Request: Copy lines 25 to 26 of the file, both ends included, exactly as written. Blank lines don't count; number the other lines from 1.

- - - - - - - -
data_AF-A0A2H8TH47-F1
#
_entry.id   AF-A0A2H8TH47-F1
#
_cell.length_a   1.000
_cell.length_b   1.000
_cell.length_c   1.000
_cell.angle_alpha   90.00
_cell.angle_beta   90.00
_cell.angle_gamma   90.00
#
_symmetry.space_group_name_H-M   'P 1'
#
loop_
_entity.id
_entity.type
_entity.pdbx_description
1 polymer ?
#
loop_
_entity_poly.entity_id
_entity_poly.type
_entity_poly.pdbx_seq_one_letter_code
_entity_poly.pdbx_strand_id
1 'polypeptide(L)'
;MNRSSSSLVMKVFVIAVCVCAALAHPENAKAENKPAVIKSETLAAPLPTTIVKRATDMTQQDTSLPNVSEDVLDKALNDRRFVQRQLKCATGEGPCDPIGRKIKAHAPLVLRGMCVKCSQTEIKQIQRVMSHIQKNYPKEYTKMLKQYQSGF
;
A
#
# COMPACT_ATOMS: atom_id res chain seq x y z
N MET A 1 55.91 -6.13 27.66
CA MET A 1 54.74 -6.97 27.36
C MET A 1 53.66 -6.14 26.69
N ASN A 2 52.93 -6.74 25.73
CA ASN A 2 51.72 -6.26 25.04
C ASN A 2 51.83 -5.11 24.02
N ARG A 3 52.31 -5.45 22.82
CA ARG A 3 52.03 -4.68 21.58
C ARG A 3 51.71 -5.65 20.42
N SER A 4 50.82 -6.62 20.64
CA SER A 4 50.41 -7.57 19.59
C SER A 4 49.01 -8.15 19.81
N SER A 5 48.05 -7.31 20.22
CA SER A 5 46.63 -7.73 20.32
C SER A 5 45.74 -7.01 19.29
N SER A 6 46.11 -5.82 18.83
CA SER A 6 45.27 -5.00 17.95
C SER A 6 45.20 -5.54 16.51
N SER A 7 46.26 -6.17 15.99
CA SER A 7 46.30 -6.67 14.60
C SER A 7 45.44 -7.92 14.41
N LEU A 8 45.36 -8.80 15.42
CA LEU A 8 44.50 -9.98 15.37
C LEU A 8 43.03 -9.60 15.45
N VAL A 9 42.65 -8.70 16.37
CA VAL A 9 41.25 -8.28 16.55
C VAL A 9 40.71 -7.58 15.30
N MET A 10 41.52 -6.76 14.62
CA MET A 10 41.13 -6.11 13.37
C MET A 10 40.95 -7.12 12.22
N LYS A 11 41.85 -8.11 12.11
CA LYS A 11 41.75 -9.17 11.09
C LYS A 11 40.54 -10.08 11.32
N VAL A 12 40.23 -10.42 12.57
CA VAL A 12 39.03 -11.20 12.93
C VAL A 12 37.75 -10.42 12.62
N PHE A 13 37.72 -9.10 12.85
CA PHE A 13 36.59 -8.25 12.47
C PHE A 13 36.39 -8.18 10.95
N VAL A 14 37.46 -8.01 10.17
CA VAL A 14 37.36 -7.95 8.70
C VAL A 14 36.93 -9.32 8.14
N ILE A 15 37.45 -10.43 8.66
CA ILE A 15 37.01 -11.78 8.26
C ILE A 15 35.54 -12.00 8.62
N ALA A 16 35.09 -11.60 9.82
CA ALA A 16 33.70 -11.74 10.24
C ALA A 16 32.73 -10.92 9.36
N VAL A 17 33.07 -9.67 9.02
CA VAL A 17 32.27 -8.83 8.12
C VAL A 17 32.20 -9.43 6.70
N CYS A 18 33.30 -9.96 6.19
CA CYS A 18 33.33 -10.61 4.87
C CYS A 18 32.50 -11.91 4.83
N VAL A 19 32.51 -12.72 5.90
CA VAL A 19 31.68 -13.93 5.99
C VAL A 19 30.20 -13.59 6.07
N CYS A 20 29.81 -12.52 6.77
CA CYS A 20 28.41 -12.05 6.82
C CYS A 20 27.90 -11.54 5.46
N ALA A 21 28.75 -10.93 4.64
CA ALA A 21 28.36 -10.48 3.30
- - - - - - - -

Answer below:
1 'polypeptide(L)'
;MNRSSSSLVMKVFVIAVCVCAALAHPENAKAENKPAVIKSETLAAPLPTTIVKRATDMTQQDTSLPNVSEDVLDKALNDRRFVQRQLKCATGEGPCDPIGRKIKAHAPLVLRGMCVKCSQTEIKQIQRVMSHIQKNYPKEYTKMLKQYQSGF